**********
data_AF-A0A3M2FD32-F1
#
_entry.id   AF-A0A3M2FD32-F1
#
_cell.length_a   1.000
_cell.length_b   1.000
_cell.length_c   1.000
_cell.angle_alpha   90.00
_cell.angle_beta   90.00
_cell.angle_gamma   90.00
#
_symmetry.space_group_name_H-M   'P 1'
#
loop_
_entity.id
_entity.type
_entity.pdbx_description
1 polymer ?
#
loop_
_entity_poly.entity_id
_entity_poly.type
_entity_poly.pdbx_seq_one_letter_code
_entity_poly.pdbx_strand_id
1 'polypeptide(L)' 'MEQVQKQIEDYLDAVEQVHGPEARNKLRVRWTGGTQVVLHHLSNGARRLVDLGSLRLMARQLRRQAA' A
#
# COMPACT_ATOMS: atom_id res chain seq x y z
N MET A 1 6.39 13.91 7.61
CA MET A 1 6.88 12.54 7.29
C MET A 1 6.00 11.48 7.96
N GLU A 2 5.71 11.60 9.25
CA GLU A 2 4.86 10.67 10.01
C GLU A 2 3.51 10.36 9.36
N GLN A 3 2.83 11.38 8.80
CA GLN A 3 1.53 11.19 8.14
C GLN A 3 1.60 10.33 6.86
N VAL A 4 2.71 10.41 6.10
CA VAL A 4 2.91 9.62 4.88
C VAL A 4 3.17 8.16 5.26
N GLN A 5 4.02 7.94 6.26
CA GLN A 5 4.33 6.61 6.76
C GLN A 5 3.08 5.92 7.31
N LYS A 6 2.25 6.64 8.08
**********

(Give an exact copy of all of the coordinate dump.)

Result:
data_AF-A0A3M2FD32-F1
#
_entry.id   AF-A0A3M2FD32-F1
#
_cell.length_a   1.000
_cell.length_b   1.000
_cell.length_c   1.000
_cell.angle_alpha   90.00
_cell.angle_beta   90.00
_cell.angle_gamma   90.00
#
_symmetry.space_group_name_H-M   'P 1'
#
loop_
_entity.id
_entity.type
_entity.pdbx_description
1 polymer ?
#
loop_
_entity_poly.entity_id
_entity_poly.type
_entity_poly.pdbx_seq_one_letter_code
_entity_poly.pdbx_strand_id
1 'polypeptide(L)' 'MEQVQKQIEDYLDAVEQVHGPEARNKLRVRWTGGTQVVLHHLSNGARRLVDLGSLRLMARQLRRQAA' A
#
# COMPACT_ATOMS: atom_id res chain seq x y z
N MET A 1 6.39 13.91 7.61
CA MET A 1 6.88 12.54 7.29
C MET A 1 6.00 11.48 7.96
N GLU A 2 5.71 11.60 9.25
CA GLU A 2 4.86 10.67 10.01
C GLU A 2 3.51 10.36 9.36
N GLN A 3 2.83 11.38 8.80
CA GLN A 3 1.53 11.19 8.14
C GLN A 3 1.60 10.33 6.86
N VAL A 4 2.71 10.41 6.10
CA VAL A 4 2.91 9.62 4.88
C VAL A 4 3.17 8.16 5.26
N GLN A 5 4.02 7.94 6.26
CA GLN A 5 4.33 6.61 6.76
C GLN A 5 3.08 5.92 7.31
N LYS A 6 2.25 6.64 8.08